“ Therefore his fame overspreads the Middle Kingdom, and extends to all barbarous tribes. Wherever ships and carriages reach; wherever the strength of man penetrates; wherever the heavens overshadow and the earth sustains; wherever the sun and moon shine; wherever frosts

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and dews fall; all who have blood and breath unfeignedly honour and love him. Hence it is said,--He is the equal of Heaven !" 6. Who can know him but he who is indeed quick in apprehension, clear in discernment, of far-reaching intelligence, and all-embracing knowledge, possessing all heavenly virtue ?"

8. We have arrived at the concluding chapter of the Work, in which the author, according to Choo He, “having carried his descriptions to the highest point in the preceding chapters, turns back and examines the source of his subject; and then again from the work of the learner, free from all selfishness and watchful over himself when he is alone, he carries out his description, till by easy steps he brings it to the consummation of the whole empire tranquillized by simple and sincere reverentialness. He moreover eulogizes its mysteriousness, till he speaks of it at last as without sound or smell.” Between the first and last chapters there is a correspondency, and each of them may be considered as a summary of the whole treatise. The difference between them is, that in the first a commencement is made with the mention of Heaven as the conferrer of man's nature, while in this the progress of man in virtue is traced, step by step, till at last it is equal to that of High Heaven.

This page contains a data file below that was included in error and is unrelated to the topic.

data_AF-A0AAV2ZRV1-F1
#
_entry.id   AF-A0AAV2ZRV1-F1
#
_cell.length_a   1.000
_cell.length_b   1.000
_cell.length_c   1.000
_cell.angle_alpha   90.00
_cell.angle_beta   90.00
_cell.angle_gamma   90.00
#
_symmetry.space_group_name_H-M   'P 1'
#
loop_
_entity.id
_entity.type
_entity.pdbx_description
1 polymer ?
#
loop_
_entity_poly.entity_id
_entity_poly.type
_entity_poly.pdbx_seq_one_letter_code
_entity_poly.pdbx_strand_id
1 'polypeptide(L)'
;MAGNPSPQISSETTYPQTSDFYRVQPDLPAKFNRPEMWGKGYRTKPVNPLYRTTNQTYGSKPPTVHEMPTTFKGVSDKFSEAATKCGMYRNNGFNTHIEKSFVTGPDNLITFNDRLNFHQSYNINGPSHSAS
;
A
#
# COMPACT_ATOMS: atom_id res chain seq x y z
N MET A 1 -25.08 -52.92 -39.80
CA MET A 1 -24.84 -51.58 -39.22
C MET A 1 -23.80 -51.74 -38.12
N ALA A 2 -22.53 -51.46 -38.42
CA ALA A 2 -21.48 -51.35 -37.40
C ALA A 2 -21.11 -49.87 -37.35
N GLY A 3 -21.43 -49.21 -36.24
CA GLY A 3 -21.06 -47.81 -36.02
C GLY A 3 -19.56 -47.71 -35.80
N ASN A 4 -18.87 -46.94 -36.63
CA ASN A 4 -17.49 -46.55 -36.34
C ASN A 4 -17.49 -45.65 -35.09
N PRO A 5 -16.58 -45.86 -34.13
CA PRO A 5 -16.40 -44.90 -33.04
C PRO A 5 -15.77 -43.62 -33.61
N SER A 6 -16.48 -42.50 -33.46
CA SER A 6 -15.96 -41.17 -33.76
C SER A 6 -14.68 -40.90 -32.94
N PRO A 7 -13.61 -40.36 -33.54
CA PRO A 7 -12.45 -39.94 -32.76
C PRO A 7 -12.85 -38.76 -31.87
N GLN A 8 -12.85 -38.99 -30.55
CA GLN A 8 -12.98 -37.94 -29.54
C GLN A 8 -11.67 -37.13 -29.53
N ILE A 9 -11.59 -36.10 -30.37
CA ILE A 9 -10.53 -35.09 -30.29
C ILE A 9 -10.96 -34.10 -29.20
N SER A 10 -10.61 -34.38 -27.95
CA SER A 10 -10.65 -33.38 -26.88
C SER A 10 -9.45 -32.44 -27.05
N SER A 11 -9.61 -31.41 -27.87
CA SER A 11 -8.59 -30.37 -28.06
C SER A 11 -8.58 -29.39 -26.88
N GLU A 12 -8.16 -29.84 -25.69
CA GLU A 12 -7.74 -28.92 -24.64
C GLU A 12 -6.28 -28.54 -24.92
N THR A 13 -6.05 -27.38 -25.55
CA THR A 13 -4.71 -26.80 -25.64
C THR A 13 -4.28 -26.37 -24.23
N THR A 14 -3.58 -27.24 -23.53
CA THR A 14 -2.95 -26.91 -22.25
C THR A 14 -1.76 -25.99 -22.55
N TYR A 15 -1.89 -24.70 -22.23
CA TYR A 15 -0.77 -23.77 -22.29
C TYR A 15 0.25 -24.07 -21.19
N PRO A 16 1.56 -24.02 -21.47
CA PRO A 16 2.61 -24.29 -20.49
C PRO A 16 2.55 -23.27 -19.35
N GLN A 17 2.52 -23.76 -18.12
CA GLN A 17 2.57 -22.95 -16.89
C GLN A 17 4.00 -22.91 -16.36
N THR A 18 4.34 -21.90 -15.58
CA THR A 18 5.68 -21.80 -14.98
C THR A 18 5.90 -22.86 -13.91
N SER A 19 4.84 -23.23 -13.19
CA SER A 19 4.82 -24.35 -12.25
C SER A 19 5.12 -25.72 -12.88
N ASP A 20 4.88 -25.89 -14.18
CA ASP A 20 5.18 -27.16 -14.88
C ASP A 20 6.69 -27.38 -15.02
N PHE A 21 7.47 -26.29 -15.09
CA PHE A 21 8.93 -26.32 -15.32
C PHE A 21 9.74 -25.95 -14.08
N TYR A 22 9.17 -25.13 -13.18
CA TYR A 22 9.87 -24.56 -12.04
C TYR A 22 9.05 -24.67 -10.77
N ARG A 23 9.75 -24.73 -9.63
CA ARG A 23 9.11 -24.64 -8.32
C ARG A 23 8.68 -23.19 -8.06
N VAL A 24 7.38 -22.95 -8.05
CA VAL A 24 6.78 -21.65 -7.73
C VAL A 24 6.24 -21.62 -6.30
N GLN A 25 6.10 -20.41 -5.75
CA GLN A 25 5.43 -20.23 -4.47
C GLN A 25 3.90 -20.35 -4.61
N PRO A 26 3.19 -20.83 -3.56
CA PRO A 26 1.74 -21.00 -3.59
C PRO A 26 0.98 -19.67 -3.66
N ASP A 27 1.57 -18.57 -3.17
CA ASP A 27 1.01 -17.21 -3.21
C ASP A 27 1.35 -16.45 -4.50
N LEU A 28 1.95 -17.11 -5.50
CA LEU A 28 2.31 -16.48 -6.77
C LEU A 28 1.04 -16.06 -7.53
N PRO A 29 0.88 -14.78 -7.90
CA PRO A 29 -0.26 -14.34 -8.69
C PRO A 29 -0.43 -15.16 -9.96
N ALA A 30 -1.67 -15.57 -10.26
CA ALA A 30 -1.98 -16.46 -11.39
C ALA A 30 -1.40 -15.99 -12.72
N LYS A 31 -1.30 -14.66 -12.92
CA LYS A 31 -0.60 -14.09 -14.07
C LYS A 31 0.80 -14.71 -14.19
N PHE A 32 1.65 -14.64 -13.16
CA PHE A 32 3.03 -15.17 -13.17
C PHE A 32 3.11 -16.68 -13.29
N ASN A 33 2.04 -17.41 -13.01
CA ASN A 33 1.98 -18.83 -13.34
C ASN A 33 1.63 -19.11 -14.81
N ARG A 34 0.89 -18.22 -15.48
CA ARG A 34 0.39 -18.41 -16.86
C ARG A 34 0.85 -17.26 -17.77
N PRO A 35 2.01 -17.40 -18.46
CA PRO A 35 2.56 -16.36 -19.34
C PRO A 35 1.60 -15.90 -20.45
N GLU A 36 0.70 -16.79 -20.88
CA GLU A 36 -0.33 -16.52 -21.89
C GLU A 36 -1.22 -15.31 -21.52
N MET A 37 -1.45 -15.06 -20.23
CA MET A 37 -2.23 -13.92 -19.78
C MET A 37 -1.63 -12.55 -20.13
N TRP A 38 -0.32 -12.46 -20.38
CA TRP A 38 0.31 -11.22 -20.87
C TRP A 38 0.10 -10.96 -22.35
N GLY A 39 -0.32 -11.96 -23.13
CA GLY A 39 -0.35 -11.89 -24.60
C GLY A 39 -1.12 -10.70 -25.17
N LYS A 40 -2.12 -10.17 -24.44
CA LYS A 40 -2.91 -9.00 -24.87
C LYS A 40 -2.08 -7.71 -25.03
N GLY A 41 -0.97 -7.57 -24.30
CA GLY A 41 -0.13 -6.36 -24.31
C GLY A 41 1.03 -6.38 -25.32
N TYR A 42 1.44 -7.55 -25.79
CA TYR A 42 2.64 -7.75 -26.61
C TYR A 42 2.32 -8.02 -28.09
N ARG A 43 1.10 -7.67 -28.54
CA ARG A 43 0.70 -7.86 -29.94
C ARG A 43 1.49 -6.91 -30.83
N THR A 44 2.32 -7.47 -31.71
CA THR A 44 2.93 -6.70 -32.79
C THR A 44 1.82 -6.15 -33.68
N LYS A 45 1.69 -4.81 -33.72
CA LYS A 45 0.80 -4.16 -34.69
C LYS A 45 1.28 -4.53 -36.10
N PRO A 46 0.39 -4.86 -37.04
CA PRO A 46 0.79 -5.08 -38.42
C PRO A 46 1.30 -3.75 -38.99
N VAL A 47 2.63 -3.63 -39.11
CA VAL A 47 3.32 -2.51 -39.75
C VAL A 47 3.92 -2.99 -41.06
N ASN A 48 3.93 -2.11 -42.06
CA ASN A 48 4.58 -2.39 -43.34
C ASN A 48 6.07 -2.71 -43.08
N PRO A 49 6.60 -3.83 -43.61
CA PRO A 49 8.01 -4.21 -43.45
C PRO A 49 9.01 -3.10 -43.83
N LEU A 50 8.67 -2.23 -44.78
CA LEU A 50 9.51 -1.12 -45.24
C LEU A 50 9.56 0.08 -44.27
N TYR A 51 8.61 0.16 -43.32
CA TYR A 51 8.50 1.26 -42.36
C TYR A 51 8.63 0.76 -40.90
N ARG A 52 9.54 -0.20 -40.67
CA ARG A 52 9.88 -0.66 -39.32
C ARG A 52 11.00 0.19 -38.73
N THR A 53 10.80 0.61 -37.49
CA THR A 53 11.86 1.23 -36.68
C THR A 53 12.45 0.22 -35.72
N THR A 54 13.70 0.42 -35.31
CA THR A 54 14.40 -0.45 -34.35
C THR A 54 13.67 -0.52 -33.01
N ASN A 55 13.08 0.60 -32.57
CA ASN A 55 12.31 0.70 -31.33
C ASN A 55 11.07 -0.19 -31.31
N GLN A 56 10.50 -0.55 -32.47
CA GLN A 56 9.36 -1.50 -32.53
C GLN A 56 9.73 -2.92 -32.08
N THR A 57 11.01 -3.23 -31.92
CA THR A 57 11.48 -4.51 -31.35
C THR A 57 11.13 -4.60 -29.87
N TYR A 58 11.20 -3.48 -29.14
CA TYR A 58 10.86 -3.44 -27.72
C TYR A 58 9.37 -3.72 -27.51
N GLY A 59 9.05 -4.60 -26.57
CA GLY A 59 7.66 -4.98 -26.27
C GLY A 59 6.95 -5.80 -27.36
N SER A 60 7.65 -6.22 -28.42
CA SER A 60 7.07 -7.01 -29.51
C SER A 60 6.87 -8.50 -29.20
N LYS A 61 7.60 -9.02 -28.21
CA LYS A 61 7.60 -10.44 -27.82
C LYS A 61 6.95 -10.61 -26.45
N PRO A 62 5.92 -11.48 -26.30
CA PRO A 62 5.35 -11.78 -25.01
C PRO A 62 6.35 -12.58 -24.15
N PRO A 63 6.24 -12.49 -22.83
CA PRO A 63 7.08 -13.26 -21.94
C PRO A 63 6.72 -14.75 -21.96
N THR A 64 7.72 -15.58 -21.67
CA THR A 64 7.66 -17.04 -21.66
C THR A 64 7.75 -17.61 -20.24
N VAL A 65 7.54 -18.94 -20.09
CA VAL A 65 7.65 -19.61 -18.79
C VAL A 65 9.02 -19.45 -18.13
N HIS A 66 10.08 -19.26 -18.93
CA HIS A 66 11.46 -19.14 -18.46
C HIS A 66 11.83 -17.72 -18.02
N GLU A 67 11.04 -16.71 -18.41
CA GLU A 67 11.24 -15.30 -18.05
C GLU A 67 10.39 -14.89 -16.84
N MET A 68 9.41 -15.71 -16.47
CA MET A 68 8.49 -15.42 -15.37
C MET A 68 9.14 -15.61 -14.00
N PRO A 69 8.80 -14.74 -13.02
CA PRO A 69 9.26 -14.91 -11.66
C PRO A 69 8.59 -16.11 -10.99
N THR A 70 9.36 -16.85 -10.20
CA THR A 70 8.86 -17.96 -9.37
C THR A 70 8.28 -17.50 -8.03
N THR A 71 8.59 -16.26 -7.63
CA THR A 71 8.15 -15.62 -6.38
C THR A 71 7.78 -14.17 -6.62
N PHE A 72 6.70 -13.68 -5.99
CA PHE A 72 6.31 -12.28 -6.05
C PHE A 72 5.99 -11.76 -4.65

9. I have thus in the preceding paragraphs given a general and somewhat copious review of this Work. My object has been to seize, if I could, the train of thought, and to hold it up to the reader. Minor objections to it, arising from the confused use of terms and singular applications of passages from the older Classics, are noticed in the notes subjoined to the translation. I wished here that its scope should be seen, and the means be afforded of judging how far it is worthy of the high character attributed to it. " The relish of it," says the younger Ch‘ing, “is inexhaustible. The whole of it is solid learning. When the skilful reader has explored it with delight till he has apprehended it, he may carry it into practice all his life, and will find that it cannot be exhausted." My own opinion of it is much less favourable.

The names by which it has been called in translations of it have led to misconceptions of its character. Were it styled “ The states of Equilibrium and Harmony,” we should be prepared to expect something strange and probably extravagant. As